By Justin Cohen, Staff Writer
Posted 9:30 PM EST, Sun., Jan. 29, 2017
Updated 3:35 PM EST, Mon., Jan. 30, 2017
Howard University Rashaan Everett (c/o of 2016) dreams of increasing the presence of Black people on Wall Street with his initiative to educate minorities on investments and entrepreneurship. Everett’s Greenwood Project, named for Greenwood, Oklahoma, birthplace of the original Black Wall Street, strives to utilize newly passed legislation to keep money in the African-American community.
Everett, originally from Long Beach, CA, graduated in 2016 from Howard’s School of Business with a bachelor’s degree in finance. While matriculating through Howard, Everett worked four consecutive internships for various Fortune 500 companies, including Capital One and Morgan Stanley, where he was awarded the Richard B. Fisher scholarship.
The Greenwood Project was born when the Jumpstart Our Business Startups Act went into effect in May 2016. United States law previously restricted anyone making less than $200,000 a year with a net worth of less than $1 million from investing in private companies for equity. However, due to Title III of the JOBS Act, private companies are now able to raise money through crowdfunding, similar to services such as Kickstarter. Through this act, non-accredited investors are able to invest in private companies for the first time in 83 years.
“For the first time, ordinary Americans will be able to go online and invest in entrepreneurs that they believe in,” said then President Barack Obama after signing the bill into law three years ago.
Thanks to the JOBS Act, The Greenwood Project is able to create a “tech startup incubator” for Black entrepreneurs to gain startup capital. In March of this year, The Greenwood Project will open up the application process when Black entrepreneurs can apply to receive funding. Once an applicant is chosen, The Greenwood Project will foster business relationships with the applicant until their enterprise is established.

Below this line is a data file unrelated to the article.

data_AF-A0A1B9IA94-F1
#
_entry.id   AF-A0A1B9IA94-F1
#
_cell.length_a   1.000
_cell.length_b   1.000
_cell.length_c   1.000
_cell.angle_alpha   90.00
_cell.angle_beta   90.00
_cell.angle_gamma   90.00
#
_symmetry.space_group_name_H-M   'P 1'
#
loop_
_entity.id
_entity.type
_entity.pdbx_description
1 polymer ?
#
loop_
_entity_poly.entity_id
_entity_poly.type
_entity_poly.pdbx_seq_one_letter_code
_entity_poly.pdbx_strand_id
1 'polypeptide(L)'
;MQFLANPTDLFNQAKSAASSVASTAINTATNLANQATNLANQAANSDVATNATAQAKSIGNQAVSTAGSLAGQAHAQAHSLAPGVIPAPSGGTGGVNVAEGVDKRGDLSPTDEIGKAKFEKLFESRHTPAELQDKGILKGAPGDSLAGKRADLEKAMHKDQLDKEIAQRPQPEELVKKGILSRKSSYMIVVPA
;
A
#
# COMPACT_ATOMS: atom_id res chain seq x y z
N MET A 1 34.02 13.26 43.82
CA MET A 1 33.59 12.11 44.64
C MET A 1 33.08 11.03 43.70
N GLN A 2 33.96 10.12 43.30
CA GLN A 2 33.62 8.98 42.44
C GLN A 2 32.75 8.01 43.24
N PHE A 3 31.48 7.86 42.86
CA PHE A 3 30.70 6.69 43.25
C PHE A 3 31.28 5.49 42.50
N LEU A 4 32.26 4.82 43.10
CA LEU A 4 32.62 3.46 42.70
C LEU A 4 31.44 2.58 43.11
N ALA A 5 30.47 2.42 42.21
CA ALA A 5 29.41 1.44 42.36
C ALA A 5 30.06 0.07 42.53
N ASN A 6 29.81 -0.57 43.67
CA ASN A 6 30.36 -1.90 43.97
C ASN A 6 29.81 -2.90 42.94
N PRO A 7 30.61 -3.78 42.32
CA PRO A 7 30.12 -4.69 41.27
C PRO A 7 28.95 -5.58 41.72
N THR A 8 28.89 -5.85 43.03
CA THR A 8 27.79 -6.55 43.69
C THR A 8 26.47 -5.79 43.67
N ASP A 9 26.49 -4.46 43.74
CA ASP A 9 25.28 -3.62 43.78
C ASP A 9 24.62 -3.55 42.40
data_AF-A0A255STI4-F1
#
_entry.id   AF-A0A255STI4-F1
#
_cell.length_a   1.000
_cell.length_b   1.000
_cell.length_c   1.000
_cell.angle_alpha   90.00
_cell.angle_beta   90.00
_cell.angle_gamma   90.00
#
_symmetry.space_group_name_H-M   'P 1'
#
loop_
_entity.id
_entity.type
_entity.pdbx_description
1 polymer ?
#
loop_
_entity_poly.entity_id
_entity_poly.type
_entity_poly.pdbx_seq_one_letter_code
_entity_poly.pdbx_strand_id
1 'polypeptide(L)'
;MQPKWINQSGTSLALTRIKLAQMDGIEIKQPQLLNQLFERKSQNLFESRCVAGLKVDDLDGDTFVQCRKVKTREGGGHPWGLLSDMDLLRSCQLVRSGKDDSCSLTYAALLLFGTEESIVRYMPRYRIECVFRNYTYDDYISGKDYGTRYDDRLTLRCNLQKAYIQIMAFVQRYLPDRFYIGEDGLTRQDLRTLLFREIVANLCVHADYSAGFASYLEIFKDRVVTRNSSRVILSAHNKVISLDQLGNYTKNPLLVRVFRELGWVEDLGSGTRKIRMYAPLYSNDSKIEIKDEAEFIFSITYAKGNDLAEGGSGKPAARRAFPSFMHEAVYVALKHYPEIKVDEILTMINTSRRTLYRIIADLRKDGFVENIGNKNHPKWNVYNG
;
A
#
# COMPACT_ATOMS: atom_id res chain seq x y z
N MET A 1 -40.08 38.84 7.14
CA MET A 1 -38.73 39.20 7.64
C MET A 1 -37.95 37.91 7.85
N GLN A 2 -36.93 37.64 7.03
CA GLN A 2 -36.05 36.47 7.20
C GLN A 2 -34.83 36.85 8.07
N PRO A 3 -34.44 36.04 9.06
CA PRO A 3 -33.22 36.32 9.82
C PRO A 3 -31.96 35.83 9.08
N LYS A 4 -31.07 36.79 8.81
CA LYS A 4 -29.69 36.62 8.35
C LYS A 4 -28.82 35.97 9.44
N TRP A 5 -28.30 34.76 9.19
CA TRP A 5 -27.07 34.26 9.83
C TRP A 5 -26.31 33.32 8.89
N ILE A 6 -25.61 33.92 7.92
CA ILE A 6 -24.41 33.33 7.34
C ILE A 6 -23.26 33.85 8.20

“I had an idea to really try and figure out how I can help my community,” Everett said. “For a long time that was always the goal, to go to Howard, get a finance degree, be able to teach and provide and hopefully decrease the wealth gap.”
Everett noticed that investments in startups are disproportionately afforded to white business owners. African-Americans only obtain 1 percent of venture capital while more than 90 percent go to white entrepreneurs.
“They just get so many [more] chances to create companies than we do. So when you see all of the trillions of dollars that Silicon Valley has generated, 99 percent of that has gone back to white people; so that’s why you see the wealth equality gap increasing. It’s getting worse because Black people have never really had a chance to create our own companies and amass that same type of wealth.”
With so few Black families coming from “old money” it is harder to accrue the financial resources needed in order to start a company from the ground up. This is why Everett expressed that his tech startup incubator is necessary for the growth and prosperity of Black entrepreneurial enterprises.
“During my time at Howard, and the internships, and working for Morgan Stanley, and on Wall Street, I was able to really see how many opportunities were provided to white people that systematically weren’t available to us and a big factor of that was the access to capital.”
Everett believes The Greenwood Project can work to fill that gap by fostering Black start-up growth and significantly increasing diversity among entrepreneurs and financiers.
“When African-American entrepreneurs look around to friends and family for their initial investments… it’s rarely available to us because we don’t have that in our families, we don’t have friends to call…,” said Everett. “We just don’t have the support system to get started so the problem gets worse, we start fewer companies and as a result, we hire fewer of our own people and the problem just gets worse because we can’t create the things we deserve to create.”
With the creation of The Greenwood Project, Everett hopes to create growth and success for his company, in Black economics, and most importantly, his people in the near future.
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